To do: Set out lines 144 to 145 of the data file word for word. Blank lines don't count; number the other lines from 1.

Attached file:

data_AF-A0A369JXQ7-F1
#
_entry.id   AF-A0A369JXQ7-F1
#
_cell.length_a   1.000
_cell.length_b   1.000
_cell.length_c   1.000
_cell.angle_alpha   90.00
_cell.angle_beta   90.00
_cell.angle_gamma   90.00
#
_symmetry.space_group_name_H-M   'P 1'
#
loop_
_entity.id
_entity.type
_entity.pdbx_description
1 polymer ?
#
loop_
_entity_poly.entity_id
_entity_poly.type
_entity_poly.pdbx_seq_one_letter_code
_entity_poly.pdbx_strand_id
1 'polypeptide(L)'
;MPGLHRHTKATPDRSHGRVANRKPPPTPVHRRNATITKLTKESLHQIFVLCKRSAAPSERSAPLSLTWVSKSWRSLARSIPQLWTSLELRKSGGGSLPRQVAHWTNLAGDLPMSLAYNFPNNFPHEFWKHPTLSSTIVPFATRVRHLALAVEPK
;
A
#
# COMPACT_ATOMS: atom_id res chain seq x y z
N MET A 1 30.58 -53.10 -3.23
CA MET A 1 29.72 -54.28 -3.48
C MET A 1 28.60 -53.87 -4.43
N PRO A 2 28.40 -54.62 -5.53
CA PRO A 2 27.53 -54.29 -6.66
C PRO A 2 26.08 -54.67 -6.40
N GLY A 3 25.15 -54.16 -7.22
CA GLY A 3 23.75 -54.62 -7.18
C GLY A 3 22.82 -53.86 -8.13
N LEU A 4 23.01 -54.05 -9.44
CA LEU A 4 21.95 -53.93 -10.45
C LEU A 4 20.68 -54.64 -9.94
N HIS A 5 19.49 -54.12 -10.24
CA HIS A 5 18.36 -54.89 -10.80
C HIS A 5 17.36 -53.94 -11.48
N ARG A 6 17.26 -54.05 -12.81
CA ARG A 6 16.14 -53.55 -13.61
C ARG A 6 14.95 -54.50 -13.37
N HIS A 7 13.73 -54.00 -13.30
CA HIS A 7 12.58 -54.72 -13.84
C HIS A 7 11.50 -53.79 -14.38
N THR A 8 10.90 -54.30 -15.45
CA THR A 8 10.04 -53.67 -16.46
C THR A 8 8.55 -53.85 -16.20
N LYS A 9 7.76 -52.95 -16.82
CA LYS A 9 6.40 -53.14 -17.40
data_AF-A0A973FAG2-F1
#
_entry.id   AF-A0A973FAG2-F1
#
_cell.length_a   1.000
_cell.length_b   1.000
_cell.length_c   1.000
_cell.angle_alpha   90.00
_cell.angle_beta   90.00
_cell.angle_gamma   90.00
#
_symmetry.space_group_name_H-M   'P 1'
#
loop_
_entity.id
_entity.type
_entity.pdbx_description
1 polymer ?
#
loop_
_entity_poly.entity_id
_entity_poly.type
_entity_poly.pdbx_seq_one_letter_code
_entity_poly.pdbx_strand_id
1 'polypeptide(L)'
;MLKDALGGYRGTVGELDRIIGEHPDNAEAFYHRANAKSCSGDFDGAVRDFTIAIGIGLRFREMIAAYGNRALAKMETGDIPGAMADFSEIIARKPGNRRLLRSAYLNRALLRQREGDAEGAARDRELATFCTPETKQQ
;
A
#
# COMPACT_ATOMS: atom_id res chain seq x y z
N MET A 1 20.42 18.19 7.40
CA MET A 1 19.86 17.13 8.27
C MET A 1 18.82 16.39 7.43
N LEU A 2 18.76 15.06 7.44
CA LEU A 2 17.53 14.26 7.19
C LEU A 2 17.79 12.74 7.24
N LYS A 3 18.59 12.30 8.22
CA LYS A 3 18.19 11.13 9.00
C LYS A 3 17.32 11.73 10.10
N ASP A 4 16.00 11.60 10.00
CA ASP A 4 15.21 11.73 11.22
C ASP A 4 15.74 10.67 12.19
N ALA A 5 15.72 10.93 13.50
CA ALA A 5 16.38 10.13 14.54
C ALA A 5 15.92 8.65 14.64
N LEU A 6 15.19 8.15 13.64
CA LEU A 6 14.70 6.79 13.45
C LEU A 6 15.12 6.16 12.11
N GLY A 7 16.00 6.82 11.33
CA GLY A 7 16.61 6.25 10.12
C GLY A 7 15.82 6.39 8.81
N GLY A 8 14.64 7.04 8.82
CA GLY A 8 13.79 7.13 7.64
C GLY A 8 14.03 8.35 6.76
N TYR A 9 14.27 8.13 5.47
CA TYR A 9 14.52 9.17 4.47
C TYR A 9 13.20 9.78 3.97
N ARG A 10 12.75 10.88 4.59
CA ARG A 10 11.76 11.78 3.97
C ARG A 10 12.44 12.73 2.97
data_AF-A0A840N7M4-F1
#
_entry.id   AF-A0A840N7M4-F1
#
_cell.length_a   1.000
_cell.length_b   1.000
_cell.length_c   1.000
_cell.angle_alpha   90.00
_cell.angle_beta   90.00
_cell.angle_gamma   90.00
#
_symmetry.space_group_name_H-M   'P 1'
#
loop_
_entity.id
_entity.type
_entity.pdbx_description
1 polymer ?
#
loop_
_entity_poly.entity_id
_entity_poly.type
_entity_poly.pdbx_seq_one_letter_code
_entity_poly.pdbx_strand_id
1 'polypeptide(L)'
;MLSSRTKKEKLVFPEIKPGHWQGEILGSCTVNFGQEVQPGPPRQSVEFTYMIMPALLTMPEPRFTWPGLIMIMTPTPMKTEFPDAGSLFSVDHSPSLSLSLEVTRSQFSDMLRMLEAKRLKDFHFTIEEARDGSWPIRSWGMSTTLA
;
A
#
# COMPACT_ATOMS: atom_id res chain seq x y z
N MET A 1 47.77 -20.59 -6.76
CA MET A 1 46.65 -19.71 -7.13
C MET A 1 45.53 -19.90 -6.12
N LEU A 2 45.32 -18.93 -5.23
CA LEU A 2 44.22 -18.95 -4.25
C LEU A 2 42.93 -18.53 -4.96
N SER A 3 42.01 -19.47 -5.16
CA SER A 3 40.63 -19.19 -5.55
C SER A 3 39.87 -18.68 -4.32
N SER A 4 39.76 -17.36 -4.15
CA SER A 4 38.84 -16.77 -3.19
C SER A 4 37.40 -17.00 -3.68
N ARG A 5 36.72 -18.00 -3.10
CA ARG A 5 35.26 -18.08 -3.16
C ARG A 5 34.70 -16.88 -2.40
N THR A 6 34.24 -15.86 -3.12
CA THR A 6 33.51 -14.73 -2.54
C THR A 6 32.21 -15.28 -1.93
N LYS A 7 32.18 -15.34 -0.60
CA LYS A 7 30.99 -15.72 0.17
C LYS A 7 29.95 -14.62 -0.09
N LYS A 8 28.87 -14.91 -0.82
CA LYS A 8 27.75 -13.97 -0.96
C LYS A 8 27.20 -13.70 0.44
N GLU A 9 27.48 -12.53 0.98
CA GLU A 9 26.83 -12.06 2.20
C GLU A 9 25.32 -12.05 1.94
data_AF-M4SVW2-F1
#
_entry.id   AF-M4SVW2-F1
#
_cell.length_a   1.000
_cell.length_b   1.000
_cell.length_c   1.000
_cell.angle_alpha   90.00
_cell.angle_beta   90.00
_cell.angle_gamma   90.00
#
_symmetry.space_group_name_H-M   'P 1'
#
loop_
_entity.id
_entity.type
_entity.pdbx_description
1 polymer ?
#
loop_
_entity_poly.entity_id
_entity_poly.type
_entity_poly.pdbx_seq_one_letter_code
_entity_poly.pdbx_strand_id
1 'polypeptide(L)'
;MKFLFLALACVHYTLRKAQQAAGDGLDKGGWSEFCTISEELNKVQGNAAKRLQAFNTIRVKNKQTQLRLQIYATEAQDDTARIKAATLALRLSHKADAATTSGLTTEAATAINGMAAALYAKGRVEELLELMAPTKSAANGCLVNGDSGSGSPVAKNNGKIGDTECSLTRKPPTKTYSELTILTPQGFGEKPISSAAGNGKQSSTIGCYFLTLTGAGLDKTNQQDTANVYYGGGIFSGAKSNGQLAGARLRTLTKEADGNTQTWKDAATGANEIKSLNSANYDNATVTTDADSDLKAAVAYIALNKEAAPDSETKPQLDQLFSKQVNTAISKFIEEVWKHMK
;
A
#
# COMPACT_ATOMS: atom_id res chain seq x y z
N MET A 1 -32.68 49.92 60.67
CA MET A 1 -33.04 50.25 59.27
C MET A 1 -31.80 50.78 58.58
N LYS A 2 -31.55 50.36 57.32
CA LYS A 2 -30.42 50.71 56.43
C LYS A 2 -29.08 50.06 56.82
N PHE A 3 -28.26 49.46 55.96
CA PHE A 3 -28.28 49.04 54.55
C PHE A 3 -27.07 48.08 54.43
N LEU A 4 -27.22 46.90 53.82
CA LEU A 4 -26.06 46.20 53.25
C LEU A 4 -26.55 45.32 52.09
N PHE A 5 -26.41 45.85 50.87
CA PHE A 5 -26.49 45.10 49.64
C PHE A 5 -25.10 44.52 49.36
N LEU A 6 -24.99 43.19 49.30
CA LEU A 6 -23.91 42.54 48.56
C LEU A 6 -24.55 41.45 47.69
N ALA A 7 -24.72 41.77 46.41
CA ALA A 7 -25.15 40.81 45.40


A
#